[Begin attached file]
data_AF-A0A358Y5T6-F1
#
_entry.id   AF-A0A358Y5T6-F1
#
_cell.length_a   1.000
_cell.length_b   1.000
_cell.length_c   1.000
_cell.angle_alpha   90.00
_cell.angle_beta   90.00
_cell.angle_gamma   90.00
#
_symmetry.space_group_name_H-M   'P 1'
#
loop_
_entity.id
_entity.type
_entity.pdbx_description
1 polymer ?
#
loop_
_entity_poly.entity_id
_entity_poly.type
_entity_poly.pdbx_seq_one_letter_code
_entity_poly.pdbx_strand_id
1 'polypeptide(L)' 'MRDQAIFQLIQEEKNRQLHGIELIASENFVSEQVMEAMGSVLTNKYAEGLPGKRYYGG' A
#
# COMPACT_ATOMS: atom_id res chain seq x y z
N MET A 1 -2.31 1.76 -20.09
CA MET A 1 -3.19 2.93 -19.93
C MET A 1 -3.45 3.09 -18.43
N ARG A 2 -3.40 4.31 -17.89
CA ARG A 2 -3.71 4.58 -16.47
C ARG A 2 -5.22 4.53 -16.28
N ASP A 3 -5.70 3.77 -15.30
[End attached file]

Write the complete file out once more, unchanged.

data_AF-A0A358Y5T6-F1
#
_entry.id   AF-A0A358Y5T6-F1
#
_cell.length_a   1.000
_cell.length_b   1.000
_cell.length_c   1.000
_cell.angle_alpha   90.00
_cell.angle_beta   90.00
_cell.angle_gamma   90.00
#
_symmetry.space_group_name_H-M   'P 1'
#
loop_
_entity.id
_entity.type
_entity.pdbx_description
1 polymer ?
#
loop_
_entity_poly.entity_id
_entity_poly.type
_entity_poly.pdbx_seq_one_letter_code
_entity_poly.pdbx_strand_id
1 'polypeptide(L)' 'MRDQAIFQLIQEEKNRQLHGIELIASENFVSEQVMEAMGSVLTNKYAEGLPGKRYYGG' A
#
# COMPACT_ATOMS: atom_id res chain seq x y z
N MET A 1 -2.31 1.76 -20.09
CA MET A 1 -3.19 2.93 -19.93
C MET A 1 -3.45 3.09 -18.43
N ARG A 2 -3.40 4.31 -17.89
CA ARG A 2 -3.71 4.58 -16.47
C ARG A 2 -5.22 4.53 -16.28
N ASP A 3 -5.70 3.77 -15.30